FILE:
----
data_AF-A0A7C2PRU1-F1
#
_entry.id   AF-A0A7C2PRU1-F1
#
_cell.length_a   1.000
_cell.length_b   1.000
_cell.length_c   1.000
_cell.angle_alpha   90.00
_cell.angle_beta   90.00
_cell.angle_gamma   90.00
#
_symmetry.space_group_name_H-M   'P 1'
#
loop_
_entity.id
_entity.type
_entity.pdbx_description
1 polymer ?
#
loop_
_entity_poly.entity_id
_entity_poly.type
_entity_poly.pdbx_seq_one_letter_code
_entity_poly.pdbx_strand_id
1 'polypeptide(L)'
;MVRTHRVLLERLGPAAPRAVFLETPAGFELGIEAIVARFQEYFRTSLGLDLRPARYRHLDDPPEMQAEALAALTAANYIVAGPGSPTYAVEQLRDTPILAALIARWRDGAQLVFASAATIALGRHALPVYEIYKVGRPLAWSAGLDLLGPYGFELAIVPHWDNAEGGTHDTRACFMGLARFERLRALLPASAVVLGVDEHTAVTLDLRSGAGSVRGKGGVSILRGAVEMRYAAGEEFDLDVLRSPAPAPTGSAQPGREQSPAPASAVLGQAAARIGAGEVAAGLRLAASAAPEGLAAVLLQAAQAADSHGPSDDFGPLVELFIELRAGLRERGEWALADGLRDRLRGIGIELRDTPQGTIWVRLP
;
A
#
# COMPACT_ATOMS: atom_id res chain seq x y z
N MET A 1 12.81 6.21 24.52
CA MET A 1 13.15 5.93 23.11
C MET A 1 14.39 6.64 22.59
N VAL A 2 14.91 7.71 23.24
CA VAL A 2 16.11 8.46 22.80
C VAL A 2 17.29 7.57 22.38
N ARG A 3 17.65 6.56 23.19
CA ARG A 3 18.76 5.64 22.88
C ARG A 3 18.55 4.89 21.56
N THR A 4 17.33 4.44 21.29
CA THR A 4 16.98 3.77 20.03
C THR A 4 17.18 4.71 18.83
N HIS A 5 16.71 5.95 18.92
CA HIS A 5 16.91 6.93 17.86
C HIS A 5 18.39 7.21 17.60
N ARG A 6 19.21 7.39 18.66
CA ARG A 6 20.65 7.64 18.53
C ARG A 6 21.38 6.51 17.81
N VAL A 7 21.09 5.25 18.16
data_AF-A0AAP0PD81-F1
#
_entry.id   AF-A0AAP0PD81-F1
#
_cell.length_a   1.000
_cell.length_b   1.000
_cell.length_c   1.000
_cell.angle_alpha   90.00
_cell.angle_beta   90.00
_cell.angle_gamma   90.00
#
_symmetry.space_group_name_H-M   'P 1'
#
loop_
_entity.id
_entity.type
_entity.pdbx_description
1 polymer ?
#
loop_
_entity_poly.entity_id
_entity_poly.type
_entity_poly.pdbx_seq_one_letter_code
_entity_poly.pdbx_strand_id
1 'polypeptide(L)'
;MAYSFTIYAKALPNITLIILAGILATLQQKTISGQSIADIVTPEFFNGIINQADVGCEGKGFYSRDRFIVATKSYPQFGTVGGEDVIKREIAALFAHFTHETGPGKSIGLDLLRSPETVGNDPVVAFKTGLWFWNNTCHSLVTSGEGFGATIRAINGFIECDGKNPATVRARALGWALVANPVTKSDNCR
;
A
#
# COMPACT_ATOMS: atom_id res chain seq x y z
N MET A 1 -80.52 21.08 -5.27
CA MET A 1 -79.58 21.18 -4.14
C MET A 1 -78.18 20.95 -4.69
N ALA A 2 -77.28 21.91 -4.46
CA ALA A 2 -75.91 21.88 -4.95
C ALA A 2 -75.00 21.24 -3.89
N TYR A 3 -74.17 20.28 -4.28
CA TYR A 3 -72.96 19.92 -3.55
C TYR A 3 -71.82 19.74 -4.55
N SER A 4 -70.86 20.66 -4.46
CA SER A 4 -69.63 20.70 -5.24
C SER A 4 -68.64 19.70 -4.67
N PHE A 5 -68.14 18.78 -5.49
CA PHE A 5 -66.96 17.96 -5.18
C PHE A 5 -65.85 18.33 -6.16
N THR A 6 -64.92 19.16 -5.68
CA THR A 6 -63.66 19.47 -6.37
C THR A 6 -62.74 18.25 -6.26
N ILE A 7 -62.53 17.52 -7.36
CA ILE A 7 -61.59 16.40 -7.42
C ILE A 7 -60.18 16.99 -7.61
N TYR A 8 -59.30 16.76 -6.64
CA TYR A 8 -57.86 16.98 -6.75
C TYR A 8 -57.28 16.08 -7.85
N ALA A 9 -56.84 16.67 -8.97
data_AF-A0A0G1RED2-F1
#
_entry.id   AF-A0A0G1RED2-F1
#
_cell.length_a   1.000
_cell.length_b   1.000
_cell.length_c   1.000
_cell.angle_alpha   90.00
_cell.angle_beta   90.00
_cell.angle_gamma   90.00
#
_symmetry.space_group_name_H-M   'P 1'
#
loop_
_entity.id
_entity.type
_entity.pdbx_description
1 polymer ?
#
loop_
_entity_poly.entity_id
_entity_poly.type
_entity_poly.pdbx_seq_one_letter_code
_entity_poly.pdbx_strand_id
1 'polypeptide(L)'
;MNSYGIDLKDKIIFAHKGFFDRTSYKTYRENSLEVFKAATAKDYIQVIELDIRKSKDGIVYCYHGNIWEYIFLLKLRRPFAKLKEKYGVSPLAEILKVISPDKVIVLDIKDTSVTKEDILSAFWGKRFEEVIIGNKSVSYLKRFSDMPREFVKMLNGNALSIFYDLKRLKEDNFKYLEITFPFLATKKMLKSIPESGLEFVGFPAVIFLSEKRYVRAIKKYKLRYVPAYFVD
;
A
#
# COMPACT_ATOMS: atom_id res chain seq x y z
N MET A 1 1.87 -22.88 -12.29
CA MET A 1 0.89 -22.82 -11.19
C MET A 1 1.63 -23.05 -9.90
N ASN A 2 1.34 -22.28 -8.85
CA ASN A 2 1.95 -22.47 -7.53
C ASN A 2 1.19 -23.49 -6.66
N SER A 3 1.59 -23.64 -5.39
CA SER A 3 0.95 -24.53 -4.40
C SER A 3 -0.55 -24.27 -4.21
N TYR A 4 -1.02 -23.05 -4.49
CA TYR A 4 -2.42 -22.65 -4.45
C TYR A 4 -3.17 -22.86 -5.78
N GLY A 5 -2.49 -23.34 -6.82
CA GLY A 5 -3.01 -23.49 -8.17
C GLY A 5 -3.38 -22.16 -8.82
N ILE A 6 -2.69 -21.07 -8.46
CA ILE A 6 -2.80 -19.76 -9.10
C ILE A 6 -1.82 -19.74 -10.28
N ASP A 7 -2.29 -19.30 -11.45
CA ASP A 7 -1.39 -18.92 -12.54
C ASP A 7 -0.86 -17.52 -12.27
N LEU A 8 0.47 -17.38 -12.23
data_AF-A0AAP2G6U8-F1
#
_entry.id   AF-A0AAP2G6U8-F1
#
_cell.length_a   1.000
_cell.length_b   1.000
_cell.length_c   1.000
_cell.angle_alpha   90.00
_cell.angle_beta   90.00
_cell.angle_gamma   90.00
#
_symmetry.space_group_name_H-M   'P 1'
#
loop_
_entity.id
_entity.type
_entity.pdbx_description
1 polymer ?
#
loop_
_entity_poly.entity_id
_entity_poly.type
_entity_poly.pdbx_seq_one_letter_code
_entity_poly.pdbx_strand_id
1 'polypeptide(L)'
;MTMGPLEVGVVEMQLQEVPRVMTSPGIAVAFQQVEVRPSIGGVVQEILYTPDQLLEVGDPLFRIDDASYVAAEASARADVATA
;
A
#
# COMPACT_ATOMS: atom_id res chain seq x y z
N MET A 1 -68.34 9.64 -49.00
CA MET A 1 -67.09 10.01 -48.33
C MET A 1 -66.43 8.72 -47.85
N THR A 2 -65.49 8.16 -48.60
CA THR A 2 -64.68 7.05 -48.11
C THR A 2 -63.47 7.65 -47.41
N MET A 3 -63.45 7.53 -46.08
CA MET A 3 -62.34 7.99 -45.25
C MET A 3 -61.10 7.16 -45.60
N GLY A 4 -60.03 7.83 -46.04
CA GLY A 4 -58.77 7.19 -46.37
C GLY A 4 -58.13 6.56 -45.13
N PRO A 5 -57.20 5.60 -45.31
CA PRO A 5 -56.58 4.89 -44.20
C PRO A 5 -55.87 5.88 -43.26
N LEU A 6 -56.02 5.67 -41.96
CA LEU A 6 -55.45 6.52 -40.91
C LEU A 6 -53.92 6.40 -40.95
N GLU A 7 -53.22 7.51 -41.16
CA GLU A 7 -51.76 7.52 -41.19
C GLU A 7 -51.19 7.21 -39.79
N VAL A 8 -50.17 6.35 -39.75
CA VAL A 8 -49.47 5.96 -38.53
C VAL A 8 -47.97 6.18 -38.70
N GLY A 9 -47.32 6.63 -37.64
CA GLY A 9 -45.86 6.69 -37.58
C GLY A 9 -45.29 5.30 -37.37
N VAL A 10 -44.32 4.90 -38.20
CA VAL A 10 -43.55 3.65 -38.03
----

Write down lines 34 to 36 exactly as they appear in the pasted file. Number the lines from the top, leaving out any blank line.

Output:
N VAL A 2 14.91 7.71 23.24
CA VAL A 2 16.11 8.46 22.80
C VAL A 2 17.29 7.57 22.38